Not long after TOS was picked up as a series, NBC commissioned Bama to paint a piece of promo art. One of NBC’s initial concepts was for the art to be reproduced as a poster that they could sell to the general public for $1. Their ad campaign was to be similar to the one used for their other shows, such as I Spy, Bonanza (for which Bama also did the promotional illustration), The Man From U.N.C.L.E and Get Smart. However, for whatever reason, NBC did not do this with the TOS poster, but instead provided it to select advertisers and individuals. Also, in addition to Bama’s art being used on the poster, it also found duty in NBC’s other promo and ad materials, including print ads and television commercials.
Above: One printed version of Bama’s artwork. Sharp-eyed observers will notice that several variations of it can be seen, with one of the major differences involving the words “Star Trek” in front of the planet. These words were originally on a transparency that could be removed or changed depending upon how the art was to be used. For example, when the art was going to be shown in black and white, text with a white font where it overlapped the planet was used so that the words could be read. Another variation of the art, not shown here, features Bama’s signature in the lower left, beneath the lithium cracking station on Delta Vega.
Above: One notable use of the Bama TOS art was on the cover of James Blish’s first book adaptation of the TOS episodes.
As mentioned previously, Bama often used models to represent what he wanted to include in his art in order for the latter to be as realistic as possible. For his Trek work, he was provided with early publicity and episode stills from “Where No Man Has Gone Before.”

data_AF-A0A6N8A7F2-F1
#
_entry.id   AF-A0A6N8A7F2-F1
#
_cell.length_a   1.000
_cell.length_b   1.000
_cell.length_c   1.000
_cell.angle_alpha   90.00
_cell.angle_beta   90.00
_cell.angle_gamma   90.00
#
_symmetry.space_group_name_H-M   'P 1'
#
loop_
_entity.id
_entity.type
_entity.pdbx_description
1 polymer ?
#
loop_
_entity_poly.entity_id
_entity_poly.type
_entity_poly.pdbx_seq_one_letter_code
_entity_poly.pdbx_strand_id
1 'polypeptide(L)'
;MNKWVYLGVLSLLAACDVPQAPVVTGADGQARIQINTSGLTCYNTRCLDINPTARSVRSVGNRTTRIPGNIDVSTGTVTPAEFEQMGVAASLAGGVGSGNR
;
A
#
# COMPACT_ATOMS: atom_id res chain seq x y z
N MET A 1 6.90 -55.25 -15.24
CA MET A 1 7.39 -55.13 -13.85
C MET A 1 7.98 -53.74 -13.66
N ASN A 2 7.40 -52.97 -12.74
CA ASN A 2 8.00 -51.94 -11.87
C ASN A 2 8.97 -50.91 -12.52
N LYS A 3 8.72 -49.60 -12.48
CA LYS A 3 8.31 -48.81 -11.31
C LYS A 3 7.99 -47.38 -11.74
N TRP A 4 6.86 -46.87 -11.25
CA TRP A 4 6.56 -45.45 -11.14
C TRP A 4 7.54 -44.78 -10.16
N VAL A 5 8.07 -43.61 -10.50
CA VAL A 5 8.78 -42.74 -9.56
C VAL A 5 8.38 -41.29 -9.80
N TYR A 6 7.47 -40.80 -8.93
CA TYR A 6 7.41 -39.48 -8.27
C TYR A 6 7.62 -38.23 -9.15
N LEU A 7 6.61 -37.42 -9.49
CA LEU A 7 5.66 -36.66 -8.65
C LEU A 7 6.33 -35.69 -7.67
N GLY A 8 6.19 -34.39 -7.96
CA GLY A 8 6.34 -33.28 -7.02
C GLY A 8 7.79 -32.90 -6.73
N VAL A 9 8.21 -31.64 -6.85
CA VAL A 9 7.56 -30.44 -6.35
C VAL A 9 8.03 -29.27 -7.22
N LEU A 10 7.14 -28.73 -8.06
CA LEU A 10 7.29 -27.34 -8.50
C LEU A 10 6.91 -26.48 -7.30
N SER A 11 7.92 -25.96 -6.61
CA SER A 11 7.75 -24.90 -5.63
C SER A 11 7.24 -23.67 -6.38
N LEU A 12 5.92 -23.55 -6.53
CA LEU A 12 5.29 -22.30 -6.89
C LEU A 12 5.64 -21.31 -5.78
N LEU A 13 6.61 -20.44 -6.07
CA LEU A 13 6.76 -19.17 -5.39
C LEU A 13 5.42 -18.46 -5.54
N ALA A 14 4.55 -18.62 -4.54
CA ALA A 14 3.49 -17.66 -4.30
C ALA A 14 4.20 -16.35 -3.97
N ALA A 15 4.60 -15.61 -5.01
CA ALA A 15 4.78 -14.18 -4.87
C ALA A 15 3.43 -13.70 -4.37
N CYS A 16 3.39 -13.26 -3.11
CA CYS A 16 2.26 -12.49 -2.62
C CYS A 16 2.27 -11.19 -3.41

Above: Bama’s art surrounded by an assortment of stills that he likely used for assistance while painting. For the most part, the images in the photographs were translated into the painting accurately; however, two notable exceptions are the background characters (crew) and the Enterprise. With regards to the former, we conjecture that there was no need to accurately reproduce the crew in the art since they were in the background. And with regards to the latter… well, his painting is actually close except for the egregious flames shooting from the nacelles and shuttle bay. In our research, we found that Bama was a Flash Gordon comic strip fan, so, since he was unfamiliar with the operation of this new U.S.S. Enterprise, we wonder if he didn’t take some artistic license from that strip’s ships. (As a sidebar, note that the Enterprise in his painting seemingly shows a pointed spire on the nacelle hemisphere. A close examination of the painting, however, reveals the spire is a smoke or vapor trail, perhaps from the planet.)
Additional Information about the Artist
Bama, who is still alive but no longer painting, was an incredible artist, and he provided Trek with an unforgettable illustration that’s still cherished today. For further information about Bama and his work, we recommend The Western Art of James Bama by James Bama (Bantam Books, 1975), The Art of James Bama by Elmer Kelton (Bantam Books, 1993), and James Bama: American Realist by James Bama and Brian M. Kane with Harlan Ellison and Len Leone (Flesk Publications, 2006). For a good online source of additional information, including an interview with the artist, this webpage (and associated links) are also recommended.
David Tilotta is a professor at North Carolina State University and can be contacted at email@example.com. Curt McAloney, an accomplished graphic artist, resides in Minnesota and can be reached at firstname.lastname@example.org. Together, Curt and David work on startrekhistory.com. Their upcoming book, Star Trek: Lost Scenes (due out in August 2018 from Titan Books), will be filled with hundreds of carefully curated, never-before-seen color photos that they use to chronicle the making of TOS, reassemble deleted scenes left on the cutting-room floor, and showcase bloopers from the first pilot through the last episode.